Ireland V Denmark: Who’ll be right on the night?

Ireland V Denmark: Who’ll be right on the night?
Enda Stevens and Glenn Whelan with Callum Robinson and Seamus Coleman during a Republic of Ireland training session at the FAI National Training Centre in Abbotstown, Dublin. Photo by Stephen McCarthy/Sportsfile

And so it all comes down to this. Ninety minutes that will decide qualification for the Euro 2020 finals. One shot at redemption against all too familiar and, let’s not mince our words here, superior foes. A game Mick McCarthy has repeatedly referred to in the build-up as a ‘cup final’.

The real death or glory deal, then. Except it’s not. Confirmation that Ireland already have the admittedly dubious fall-back of a place in the play-offs next spring means death, at least of the sudden variety, is actually off the table tonight. But the potential for glory definitely remains.

And, rightly, that’s the only possibility Mick McCarthy wants to address and accentuate as he prepares his troops for the biggest game at the Aviva Stadium since, well, the last time the Danes came to town. That harrowing experience left Irish football with wounds that really only victory tonight would help to heal.

But McCarthy wasn’t in charge on that painful occasion and only four of the starting XI from two years ago might be expected to take the field this evening. So this one is all about a bid to create new, special and, of course, much, much happier memories.

“Yeah, it is,” says the manager. “And we’ll be trying to do that, of course we will. There’s nothing that you can suddenly just (clicks fingers) pluck out of thin air that we’re going to do because it’s an extra-special game. So we’ll just have to continue doing what we’re doing and see if we can score more goals than we have.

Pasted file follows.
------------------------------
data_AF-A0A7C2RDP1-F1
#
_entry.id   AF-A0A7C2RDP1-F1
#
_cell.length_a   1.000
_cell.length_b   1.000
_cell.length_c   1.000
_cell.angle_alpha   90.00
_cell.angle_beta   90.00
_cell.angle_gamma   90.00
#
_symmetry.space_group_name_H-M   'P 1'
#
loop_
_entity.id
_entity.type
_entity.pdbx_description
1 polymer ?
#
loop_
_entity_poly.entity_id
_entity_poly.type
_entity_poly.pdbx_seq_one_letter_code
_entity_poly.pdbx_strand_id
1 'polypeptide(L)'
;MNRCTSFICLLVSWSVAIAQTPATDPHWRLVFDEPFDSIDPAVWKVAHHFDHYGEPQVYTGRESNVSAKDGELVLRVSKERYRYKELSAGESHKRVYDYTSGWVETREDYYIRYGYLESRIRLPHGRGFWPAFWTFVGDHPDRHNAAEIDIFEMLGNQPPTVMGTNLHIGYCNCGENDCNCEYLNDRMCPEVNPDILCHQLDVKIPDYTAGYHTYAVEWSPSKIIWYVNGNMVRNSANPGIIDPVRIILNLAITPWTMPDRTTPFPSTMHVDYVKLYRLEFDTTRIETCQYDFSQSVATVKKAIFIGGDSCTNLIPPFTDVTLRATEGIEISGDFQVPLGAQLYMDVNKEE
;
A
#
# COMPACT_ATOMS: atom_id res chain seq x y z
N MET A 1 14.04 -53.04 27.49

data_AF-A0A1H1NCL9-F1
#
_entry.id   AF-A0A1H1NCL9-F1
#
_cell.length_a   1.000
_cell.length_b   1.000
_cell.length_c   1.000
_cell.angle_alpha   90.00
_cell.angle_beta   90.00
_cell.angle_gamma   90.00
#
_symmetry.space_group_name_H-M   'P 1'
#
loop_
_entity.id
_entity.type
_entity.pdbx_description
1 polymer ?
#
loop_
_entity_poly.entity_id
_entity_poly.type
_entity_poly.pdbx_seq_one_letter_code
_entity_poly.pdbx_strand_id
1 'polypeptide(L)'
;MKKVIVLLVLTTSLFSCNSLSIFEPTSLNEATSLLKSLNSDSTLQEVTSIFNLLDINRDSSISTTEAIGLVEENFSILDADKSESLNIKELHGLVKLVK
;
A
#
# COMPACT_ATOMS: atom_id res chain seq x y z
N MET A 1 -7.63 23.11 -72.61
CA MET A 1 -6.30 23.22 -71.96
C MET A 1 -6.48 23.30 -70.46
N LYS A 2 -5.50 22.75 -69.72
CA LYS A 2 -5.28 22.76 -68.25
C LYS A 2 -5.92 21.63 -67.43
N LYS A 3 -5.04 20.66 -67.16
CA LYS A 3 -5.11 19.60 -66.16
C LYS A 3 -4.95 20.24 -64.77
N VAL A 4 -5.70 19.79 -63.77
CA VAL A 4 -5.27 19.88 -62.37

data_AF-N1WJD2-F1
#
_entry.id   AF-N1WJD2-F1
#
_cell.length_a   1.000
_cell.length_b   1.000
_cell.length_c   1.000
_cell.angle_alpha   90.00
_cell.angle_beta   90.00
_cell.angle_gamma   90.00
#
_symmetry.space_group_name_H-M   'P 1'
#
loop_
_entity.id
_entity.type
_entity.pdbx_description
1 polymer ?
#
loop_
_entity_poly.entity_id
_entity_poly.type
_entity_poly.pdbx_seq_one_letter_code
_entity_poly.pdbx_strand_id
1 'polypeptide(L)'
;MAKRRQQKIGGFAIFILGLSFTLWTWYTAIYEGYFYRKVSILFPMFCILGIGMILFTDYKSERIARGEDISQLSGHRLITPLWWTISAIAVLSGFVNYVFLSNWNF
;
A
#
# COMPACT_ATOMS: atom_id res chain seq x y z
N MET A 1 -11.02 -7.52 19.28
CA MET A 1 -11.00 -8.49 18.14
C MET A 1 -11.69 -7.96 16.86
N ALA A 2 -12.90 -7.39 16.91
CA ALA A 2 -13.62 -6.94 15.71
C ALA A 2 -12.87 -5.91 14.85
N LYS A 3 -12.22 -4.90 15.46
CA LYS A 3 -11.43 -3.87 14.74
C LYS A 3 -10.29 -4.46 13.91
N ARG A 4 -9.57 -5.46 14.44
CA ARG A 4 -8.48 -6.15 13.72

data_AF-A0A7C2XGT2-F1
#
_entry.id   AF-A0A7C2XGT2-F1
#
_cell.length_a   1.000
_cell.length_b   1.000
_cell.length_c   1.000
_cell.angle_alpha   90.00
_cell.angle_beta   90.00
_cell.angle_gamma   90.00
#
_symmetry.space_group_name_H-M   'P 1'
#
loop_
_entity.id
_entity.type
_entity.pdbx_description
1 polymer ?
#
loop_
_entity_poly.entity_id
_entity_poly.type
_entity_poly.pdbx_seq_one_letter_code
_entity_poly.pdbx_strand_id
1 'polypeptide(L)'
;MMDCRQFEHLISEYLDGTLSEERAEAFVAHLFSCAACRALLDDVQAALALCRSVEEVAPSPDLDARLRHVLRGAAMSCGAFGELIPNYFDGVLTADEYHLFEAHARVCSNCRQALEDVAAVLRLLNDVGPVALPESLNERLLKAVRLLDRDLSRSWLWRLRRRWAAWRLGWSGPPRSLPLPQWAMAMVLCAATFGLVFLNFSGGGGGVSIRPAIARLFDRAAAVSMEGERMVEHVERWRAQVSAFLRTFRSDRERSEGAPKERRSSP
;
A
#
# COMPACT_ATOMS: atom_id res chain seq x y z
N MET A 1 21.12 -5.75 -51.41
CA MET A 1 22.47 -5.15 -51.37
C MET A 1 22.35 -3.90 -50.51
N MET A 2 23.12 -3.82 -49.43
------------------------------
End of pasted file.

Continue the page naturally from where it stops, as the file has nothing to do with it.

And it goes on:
But one will do if we don’t let one in. Everybody talks about how we’ve not scored many — not on purpose, we always try and play offensively and try and score — but the other side, keeping it out of the net, is important as well.

Needing no telling that the Danes, with good reason, believe they are better than his team (“Absolutely they do, yeah, and I kind of like upsetting the odds,” he smiles), McCarthy doesn’t expect Age Hareide’s side will confine themselves to trying to secure the single point they need.

”No. I don’t think they’ll come here and sit back, thinking a draw will do,” he says. “That would be a recipe for disaster for them, I think. And I don’t think they believe they have to do that.”

Does he take encouragement from the fact that his team kept Christian Eriksen reasonably quiet in Copenhagen?

“We did but that was more the shape of the team. He had his couple of moments, I think. It’s not easy unless you delegate somebody just to follow him around and try to stop him. Would I do that? No. Because that’s not always guaranteed to work because they’ve got other players.”

Despite the onus being on his side to get the goal or goals that will be needed for victory, McCarthy insists he would not be fretting if the game was still goalless with 20 minutes to play.

“No, I wouldn’t, although I wouldn’t be trying to achieve that. You’re all saying this is a one-off game. But that last 20 minutes is the one-off in which something could change. And I think they’d be feeling more nervous than we would then. They could lose it in that last 20 minutes.

"They’d be thinking one slip, one mistake, one bad refereeing decision, one bit of brilliance from anybody, could suddenly put you out of it. But I think (in terms of) them setting up for the game, they’ll think they can come here and beat us. And they will play that way.”